The Intercommunity Peace & Justice Center has established an award in the name of pioneering educator Sister Thea Bowman, and Holy Names Sister Linda Haydock is the first recipient.
At the center’s spring benefit event on May 2, IPJC Board chair John Hickman recalled how Sister Linda, the center’s founding executive director, led the organization for over 25 years “to speak truth to power with love in chanceries and boardrooms (and) gathered youth in community and women on the margins to act for social change.”
When IPJC had its second convocation in 2001, Sister Thea, a Franciscan Sister of Perpetual Adoration, was part of its celebration of significant women in Catholic history. They were, Hickman said, “women who have shared their dreams for our church, trusted their vision, tended their faith and lit the fire of transformation.” He added, “We raised up Thea Bowman, a voice for justice and racial understanding. Tonight, we raise up and honor Sister Linda Haydock, a voice for justice who believes and lives, ‘If you dream it, you can do it!’”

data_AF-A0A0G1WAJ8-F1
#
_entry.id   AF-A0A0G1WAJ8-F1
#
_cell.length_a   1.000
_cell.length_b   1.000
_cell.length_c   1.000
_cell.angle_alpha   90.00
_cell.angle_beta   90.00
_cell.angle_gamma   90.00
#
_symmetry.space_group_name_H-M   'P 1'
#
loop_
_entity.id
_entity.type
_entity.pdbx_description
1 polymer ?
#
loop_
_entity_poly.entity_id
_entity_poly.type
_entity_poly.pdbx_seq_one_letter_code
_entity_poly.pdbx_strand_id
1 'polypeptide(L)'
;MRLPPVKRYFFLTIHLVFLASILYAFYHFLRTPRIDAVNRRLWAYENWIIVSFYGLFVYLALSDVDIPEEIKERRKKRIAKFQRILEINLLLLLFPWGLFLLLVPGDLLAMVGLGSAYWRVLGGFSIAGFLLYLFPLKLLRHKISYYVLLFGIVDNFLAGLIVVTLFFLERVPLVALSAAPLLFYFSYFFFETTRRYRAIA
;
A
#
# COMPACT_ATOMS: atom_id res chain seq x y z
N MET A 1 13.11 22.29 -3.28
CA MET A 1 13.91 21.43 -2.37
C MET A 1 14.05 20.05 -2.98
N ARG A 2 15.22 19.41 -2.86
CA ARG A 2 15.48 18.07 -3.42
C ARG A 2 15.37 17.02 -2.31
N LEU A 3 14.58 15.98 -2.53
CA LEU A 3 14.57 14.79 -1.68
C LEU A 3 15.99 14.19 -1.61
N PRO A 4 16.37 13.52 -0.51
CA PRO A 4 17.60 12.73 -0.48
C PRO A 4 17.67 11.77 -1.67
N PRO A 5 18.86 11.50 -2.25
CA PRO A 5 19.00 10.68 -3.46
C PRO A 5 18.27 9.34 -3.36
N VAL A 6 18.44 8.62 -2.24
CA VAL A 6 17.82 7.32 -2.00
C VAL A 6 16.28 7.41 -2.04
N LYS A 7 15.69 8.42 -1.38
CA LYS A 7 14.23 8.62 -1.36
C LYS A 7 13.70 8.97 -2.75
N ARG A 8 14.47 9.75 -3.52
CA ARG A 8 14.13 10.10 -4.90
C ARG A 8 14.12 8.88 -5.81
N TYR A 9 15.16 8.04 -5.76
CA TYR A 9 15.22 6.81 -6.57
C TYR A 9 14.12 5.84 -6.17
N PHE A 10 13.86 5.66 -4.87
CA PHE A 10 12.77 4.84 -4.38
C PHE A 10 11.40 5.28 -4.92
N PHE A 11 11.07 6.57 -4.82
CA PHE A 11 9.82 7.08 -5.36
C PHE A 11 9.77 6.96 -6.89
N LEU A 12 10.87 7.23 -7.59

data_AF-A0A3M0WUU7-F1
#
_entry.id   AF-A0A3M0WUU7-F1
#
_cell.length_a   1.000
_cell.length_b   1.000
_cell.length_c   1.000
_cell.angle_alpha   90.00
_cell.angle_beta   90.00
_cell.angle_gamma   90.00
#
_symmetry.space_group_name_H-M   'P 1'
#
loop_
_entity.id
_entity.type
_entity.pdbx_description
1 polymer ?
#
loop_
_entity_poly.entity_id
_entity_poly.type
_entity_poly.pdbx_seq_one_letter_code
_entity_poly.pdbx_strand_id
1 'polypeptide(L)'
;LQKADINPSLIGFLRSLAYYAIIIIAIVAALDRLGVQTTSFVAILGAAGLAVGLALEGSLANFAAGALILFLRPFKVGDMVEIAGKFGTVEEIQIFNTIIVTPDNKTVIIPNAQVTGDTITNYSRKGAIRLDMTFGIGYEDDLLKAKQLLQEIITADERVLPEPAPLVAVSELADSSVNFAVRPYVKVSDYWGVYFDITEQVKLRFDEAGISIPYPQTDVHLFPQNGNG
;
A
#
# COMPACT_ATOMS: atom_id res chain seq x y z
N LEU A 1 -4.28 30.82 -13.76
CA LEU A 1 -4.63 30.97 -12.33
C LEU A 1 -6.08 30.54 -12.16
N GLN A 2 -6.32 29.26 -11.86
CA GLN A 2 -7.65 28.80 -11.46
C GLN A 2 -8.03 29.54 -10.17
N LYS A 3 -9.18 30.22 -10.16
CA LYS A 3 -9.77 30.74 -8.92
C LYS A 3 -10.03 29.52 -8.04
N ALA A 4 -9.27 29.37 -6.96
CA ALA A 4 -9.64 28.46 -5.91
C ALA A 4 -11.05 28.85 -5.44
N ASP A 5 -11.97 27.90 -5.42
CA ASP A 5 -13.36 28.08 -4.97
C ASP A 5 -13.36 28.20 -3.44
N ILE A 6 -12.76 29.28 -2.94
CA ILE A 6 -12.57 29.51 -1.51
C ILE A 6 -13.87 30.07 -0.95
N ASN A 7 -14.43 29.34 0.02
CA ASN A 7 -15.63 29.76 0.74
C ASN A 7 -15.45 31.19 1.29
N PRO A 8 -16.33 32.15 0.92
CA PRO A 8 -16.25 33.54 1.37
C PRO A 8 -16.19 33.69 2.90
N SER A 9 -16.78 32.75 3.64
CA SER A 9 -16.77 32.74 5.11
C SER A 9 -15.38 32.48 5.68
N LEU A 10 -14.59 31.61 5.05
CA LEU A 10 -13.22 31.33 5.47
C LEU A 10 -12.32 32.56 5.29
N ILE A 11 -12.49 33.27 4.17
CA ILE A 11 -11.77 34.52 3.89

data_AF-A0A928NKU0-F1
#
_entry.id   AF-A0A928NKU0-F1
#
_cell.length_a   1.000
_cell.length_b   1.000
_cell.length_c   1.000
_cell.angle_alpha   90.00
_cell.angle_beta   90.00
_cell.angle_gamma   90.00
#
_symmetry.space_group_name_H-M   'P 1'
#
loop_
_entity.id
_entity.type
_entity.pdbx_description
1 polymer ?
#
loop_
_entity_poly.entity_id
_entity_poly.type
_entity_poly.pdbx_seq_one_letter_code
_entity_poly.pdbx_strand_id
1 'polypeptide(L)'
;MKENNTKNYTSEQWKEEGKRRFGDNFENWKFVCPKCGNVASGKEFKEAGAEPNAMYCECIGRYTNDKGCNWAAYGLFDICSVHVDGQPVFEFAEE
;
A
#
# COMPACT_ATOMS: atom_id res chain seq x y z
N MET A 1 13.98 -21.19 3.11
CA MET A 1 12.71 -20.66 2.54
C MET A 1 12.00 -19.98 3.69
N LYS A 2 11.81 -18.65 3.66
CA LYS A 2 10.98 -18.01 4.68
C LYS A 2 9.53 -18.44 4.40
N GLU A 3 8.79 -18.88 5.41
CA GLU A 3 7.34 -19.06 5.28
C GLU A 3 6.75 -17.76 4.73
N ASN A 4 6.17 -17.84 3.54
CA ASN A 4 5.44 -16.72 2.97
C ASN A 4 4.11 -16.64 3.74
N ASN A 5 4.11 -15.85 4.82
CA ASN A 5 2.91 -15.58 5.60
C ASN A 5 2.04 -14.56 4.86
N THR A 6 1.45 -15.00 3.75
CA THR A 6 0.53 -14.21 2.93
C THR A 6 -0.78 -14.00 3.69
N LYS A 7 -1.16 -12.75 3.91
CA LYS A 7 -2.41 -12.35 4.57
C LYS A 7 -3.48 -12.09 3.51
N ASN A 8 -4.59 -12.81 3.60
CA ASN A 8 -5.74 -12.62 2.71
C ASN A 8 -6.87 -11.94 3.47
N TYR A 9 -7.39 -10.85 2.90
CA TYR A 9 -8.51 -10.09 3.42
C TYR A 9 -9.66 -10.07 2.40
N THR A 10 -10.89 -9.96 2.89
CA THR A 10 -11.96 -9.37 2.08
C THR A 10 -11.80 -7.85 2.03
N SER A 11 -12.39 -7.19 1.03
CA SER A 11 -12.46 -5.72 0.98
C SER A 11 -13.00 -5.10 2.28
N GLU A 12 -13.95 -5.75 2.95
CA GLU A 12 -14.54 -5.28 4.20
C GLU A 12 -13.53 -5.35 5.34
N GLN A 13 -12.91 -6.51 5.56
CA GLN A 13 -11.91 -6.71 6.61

Sister Linda gave the keynote address at the spring benefit, and Holy Names Sister Mary Rita Rohde joined with Franciscan Sister Pat Millen to open the virtual gathering with prayer. A recording of the event is available on YouTube.
In the 1980s, Sister Linda brought Sister Thea to Holy Names Academy in Seattle to meet and inspire her students. The students learned about her influential work to advance the education and life of black Catholics in a society dominated by white-controlled institutions and frequently racist attitudes. Sister Thea became a national presence as a teacher, preacher and powerful voice for multiculturalism and educational opportunities for disadvantaged Black people. Global Sisters Report published this story about her legacy in 2015.